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Monday, July 31, 2006

More On Nintendo's Wide Net

I am, of course, drawing upon the new book The Long Tail, by Wired magazine editor in chief Chris Anderson, which presents the idea that combining sales from one company's many, lesser-known products would actually account for more revenue than the sales of its most popular products.

Mario has sold nearly 3 million units, but nine more productivity applications that sell only as well as O-Ryouri Navi would equal that amount. And because the development cycle of something like an interactive cookbook is significantly shorter than that of a sprawling, epic adventure game, Nintendo could churn out a number of different products with little difficulty.

Nintendo is also in an excellent position to capitalize on Long Tail economics with its upcoming home game console, Wii. Specifically, the company's planned digital delivery service, which will allow users to download games from the company's 20-year back catalog, has some advantages over Microsoft's competing Xbox Live Arcade service.

The Xbox system requires that every downloadable arcade game feature a bevy of upgrades, from new high-definition visuals (even for Frogger!), online leaderboards, and even head-to-head online play for two-player games. This means that a great deal of effort has to be put into each game release; thus, only the games with the broadest appeal will be chosen for the service. That's why Namco's classic Pac-Man will be available on the 360 next month, but their 1987 schoolgirl superheroine adventure Wonder Momo will never, ever see the light of day again. Nintendo's service will have no such upgrade prerequisites -- the games will appear exactly as they did in 1985, warts and all. This means Nintendo can fill its service with as much downloadable content as it wants without needing to rely on any one specific product being a hit.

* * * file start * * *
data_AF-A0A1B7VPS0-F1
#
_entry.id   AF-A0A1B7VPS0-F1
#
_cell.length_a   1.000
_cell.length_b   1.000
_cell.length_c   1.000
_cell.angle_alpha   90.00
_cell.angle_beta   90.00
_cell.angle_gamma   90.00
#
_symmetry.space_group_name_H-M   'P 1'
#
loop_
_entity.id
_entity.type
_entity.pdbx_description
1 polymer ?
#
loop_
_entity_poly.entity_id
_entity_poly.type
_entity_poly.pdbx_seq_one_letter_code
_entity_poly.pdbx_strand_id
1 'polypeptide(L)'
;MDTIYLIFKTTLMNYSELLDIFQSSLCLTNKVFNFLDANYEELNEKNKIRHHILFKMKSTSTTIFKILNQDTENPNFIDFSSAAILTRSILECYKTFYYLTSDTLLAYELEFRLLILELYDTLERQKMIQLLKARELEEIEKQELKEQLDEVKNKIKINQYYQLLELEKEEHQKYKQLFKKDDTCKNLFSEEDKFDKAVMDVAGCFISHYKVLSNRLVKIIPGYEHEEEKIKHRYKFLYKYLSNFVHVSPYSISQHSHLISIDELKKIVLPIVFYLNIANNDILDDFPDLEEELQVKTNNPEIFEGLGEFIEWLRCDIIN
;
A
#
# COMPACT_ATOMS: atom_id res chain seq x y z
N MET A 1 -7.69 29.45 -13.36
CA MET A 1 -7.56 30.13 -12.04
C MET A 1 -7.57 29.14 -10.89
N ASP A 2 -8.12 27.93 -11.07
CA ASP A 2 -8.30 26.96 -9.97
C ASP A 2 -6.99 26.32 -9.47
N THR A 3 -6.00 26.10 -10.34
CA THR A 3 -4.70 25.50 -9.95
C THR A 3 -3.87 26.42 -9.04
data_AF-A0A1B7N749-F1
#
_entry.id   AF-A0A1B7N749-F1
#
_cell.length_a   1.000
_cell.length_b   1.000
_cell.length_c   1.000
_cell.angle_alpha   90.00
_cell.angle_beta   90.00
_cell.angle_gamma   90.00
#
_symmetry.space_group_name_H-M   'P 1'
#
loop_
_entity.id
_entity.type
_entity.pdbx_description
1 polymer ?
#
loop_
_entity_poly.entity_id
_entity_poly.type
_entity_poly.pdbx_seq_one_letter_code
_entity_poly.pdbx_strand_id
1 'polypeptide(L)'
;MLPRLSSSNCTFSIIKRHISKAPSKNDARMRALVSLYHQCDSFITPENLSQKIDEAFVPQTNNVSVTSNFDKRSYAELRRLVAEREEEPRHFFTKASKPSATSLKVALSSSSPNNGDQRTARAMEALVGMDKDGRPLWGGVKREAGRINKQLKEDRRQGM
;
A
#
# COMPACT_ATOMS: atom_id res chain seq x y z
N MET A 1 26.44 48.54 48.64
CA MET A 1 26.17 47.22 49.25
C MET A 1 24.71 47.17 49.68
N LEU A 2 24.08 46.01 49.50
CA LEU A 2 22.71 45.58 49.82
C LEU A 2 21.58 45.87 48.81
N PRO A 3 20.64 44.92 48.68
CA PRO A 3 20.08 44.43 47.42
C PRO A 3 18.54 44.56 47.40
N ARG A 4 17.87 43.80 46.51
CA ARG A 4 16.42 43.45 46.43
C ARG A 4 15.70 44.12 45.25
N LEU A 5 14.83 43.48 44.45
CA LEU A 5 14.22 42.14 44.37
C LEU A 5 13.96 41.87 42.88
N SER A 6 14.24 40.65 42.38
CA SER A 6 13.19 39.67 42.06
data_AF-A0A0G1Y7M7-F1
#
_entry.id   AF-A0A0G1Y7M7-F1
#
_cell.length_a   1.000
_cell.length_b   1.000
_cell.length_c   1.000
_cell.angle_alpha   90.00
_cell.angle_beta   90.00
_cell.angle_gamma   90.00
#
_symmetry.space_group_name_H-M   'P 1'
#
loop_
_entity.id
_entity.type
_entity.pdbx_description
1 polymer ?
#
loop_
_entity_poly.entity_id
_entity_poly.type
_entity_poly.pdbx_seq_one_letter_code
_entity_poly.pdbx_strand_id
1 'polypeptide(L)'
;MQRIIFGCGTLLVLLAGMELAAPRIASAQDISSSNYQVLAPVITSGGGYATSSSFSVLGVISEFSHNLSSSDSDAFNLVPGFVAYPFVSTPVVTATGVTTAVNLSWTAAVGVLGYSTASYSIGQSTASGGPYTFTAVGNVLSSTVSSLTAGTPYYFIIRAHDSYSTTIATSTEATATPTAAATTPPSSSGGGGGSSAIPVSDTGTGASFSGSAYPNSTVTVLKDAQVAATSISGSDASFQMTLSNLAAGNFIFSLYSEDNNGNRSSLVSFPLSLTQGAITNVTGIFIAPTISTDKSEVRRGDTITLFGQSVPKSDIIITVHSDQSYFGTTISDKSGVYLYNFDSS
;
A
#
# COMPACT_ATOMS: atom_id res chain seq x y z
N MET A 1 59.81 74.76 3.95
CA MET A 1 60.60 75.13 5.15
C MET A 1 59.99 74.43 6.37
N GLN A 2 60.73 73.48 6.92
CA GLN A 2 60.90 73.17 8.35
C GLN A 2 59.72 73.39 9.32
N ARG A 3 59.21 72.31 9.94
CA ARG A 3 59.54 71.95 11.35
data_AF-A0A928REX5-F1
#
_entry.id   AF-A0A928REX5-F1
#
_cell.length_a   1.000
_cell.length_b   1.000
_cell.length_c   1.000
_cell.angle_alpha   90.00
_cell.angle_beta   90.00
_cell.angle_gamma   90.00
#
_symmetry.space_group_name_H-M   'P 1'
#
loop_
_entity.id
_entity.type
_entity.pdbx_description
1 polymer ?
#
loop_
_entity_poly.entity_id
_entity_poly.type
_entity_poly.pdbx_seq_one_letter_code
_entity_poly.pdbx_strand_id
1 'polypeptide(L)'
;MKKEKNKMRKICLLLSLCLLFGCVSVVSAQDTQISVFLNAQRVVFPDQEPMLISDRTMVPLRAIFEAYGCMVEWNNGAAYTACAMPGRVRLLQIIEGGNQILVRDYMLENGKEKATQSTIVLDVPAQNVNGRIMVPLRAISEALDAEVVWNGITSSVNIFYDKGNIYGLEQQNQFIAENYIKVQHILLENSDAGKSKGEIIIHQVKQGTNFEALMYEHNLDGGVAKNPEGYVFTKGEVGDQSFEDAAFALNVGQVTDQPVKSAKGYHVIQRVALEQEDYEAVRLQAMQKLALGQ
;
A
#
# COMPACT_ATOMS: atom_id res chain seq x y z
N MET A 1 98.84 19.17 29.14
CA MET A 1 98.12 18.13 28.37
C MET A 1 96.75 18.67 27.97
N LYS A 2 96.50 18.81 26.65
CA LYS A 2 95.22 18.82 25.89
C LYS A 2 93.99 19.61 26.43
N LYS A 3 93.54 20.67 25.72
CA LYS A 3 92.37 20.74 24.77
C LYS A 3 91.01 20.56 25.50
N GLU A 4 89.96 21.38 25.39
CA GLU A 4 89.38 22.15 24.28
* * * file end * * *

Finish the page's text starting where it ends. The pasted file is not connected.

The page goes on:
-- Cooking Up a Gaming Revolution

Nintendo's looking pretty smart these days. It almost begs the question - can the Wii fail? I mean, the DS is a lock for the foreseeable future (although I wouldn't put it pass Nintendo to release another update). The Wii is inexpensive and has great hype behind it. The only trip I can see is if there's a consumer revolt against the "revolution" itself - i.e. people don't like swinging their arms around like chimps if they want to play a tennis game.

Still, if they keep this strategy up ... their goal will be to find something on the console for everyone. Even the chimp haters.

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1 comment:

Unknown said...

Short answer: Wii as a new system can fail. As a virtual console, it cannot. The balance between the two will determine its fate.